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And then there was Alexa: how Amazon Echo might solve a murder case
Victor Collins lay there, facing down in James Bates’ hot tub. Strangled and drowned. What started off as a group of friends watching a football game turned into a brutal murder. And there may have been a female witness in the scene: Amazon Echo’s Alexa.
Sound like a detective novel with an absurd twist? Well, this is real life: in Bentonville, Arkansas, police think that the suspect’s Amazon Echo may have some crucial evidence from the night of the murder.
Police think that the suspect’s Amazon Echo may have some crucial evidence from the night of the murder.
According to authorities, Bates invited Collins and two other friends to his house for a football game. Collins was found dead in the morning, strangled in Bates’ hot tub, and Bates was consequently charged with first-degree murder. Bates claimed that he had gone to bed around 1 a.m., leaving Collins with the other two friends – Owen McDonald and Sean Henry – but it was later confirmed by McDonald and his wife that McDonald had left Bates and Collins around 12:30 a.m.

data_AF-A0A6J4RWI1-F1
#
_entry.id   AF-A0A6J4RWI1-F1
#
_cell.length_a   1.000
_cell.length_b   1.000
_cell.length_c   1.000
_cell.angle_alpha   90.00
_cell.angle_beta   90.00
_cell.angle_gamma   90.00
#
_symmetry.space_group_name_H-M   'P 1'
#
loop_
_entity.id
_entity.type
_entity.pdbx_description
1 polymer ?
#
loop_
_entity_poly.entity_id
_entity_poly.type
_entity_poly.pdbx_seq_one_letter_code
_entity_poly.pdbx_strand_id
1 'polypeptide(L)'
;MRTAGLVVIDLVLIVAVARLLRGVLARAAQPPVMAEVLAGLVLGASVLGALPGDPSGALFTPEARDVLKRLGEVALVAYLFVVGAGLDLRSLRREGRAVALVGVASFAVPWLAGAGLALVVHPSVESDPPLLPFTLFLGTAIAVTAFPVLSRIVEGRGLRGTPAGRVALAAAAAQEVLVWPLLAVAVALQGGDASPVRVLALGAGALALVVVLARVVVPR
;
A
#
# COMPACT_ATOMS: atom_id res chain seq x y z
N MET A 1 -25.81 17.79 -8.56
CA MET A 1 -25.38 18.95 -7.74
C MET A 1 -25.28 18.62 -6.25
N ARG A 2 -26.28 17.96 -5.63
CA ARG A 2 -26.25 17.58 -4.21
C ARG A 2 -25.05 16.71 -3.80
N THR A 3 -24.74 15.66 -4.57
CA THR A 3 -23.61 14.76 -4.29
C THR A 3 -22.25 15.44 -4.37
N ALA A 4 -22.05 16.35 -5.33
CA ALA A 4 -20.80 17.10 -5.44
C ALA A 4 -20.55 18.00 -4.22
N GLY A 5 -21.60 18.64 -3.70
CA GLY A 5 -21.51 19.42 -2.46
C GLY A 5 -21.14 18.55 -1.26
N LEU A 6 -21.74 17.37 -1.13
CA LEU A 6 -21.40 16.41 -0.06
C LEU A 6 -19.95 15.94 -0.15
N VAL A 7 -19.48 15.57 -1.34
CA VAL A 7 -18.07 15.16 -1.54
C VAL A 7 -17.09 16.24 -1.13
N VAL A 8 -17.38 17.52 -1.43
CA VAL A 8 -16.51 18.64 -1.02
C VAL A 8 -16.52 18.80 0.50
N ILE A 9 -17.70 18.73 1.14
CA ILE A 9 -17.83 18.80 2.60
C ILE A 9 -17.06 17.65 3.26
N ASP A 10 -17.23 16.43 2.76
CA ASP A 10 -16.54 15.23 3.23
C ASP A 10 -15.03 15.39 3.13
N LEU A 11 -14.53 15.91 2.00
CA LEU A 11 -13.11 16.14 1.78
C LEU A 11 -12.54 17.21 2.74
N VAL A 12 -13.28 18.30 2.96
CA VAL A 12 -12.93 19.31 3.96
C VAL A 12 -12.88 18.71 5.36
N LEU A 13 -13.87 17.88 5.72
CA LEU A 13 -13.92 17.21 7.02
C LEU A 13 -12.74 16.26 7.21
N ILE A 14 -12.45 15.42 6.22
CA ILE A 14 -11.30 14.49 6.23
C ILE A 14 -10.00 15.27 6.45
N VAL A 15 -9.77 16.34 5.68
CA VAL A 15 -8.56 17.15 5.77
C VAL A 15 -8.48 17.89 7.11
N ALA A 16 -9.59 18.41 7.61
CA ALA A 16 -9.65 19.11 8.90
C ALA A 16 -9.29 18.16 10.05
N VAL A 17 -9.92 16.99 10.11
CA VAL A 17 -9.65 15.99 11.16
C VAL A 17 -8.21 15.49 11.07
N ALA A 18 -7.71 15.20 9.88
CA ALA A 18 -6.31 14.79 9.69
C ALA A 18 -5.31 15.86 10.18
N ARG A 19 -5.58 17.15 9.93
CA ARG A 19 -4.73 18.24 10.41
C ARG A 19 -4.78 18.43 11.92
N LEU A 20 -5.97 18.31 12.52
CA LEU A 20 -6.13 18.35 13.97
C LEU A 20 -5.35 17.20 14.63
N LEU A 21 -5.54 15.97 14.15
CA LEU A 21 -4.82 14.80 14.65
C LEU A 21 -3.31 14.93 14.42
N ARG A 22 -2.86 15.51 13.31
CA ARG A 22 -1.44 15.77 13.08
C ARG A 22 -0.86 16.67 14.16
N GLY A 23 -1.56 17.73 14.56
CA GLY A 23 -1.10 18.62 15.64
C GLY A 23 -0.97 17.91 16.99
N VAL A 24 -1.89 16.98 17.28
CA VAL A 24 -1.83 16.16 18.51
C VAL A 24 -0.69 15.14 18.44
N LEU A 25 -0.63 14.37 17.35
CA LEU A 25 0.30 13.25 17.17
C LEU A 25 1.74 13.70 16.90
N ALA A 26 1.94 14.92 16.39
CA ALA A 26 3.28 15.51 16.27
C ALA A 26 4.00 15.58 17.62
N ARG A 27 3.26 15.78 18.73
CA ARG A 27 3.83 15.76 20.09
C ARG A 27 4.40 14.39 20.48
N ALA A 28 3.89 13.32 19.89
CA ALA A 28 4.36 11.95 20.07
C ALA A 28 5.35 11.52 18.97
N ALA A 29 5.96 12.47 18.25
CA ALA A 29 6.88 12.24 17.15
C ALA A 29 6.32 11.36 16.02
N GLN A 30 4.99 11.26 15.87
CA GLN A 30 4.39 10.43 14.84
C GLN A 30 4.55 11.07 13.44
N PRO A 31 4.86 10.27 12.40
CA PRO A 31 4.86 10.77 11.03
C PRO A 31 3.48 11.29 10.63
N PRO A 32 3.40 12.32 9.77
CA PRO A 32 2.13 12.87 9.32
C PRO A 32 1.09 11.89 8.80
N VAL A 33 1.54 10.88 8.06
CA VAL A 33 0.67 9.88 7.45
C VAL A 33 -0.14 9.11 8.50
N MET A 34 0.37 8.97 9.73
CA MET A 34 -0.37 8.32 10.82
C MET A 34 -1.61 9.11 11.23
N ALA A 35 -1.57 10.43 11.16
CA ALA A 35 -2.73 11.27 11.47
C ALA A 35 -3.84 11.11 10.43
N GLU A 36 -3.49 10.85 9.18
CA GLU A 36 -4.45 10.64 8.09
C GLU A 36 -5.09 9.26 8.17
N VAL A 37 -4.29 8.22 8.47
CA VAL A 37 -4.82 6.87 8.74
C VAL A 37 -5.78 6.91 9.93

Now, the interesting part is Bates had a few IoT devices around the house, including an Amazon Echo. Police records show that this Amazon Echo may have been used to control music and that Alexa may be a key witness to this crime. Technically, the Amazon Echo has seven microphones that are always listening – listening for your wake-up command. This means that police could use its data to see whether it has recorded anything from the night of the murder. Accordingly, police have issued a warrant to Amazon, asking for the said data in order to help prosecute Bates, but Amazon is reluctant:
[We will not release customer information] without a valid and binding legal demand properly served on us. Amazon objects to overbroad or otherwise inappropriate demands as a matter of course.
The Echo device has been seized by the Bentonville police, and although it’s unclear whether Alexa will speak what may have happened that night, this is just one example of how Internet-connected devices around us may one day become a key component in solving crimes.
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